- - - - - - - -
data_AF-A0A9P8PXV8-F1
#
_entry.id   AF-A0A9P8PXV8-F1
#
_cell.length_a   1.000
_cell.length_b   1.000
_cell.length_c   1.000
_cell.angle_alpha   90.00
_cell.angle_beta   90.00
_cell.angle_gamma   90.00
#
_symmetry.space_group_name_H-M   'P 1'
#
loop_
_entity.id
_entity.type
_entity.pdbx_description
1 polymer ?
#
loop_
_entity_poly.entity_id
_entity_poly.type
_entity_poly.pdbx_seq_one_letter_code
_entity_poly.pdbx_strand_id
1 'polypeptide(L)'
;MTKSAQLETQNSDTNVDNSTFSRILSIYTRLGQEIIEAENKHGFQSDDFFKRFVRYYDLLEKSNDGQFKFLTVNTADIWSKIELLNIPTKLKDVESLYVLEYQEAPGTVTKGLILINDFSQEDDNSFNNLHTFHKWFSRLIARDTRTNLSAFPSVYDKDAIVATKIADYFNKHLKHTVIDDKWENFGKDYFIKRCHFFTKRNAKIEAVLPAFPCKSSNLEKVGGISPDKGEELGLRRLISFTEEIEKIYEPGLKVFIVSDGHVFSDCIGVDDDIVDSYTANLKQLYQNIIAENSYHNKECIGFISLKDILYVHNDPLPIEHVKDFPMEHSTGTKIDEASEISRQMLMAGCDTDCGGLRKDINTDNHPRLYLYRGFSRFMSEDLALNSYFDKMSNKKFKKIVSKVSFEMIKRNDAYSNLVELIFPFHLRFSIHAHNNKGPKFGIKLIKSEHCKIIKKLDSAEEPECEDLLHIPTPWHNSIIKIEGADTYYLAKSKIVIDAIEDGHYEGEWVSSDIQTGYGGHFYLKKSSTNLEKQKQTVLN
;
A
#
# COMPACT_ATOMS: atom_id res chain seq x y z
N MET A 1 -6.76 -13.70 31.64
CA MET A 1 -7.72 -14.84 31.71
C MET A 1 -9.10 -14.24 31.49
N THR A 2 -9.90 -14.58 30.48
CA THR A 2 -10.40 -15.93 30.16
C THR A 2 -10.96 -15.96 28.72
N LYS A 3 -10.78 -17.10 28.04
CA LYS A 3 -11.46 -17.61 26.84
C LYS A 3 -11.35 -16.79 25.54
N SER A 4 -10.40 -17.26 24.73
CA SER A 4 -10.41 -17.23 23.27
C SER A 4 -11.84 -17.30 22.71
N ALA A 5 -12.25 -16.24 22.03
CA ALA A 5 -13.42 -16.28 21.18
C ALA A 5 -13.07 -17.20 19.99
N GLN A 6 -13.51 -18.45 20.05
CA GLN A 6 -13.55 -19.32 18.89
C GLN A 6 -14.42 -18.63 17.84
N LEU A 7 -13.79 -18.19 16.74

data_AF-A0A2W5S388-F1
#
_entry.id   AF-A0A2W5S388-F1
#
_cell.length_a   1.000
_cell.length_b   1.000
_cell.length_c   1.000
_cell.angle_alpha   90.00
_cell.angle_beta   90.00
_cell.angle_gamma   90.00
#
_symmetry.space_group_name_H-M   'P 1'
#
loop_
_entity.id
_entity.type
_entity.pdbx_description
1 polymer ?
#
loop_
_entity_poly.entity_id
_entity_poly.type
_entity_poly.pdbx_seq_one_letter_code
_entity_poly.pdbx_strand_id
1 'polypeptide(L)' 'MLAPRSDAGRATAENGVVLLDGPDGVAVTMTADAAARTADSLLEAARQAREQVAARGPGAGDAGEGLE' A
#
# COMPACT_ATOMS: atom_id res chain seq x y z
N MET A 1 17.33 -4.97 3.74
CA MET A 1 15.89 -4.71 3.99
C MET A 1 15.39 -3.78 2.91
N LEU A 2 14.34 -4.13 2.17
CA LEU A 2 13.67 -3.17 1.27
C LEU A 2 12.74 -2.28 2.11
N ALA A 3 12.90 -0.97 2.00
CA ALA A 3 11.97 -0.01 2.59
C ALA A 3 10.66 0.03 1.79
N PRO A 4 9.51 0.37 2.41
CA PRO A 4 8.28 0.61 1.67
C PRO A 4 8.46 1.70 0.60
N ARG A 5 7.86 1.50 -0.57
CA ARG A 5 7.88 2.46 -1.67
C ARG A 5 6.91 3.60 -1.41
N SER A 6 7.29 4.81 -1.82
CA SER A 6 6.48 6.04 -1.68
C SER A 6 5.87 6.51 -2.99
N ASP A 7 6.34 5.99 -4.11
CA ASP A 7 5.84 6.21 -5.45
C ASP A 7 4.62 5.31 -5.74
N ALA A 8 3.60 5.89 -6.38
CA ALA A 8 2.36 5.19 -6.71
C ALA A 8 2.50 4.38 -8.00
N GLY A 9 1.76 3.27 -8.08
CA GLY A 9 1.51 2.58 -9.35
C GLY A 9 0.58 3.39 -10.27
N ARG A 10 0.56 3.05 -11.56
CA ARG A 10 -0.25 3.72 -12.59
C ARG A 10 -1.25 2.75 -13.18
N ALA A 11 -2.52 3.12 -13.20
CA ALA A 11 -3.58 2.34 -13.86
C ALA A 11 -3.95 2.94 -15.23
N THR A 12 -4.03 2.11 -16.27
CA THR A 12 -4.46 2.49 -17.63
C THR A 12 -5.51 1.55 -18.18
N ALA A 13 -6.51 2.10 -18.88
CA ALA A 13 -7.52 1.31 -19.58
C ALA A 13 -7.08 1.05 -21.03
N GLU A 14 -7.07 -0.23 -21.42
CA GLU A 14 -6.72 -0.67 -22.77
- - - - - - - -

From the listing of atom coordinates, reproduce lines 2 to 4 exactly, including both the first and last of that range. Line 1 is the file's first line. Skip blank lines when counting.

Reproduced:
#
_entry.id   AF-A0A9P8PXV8-F1
#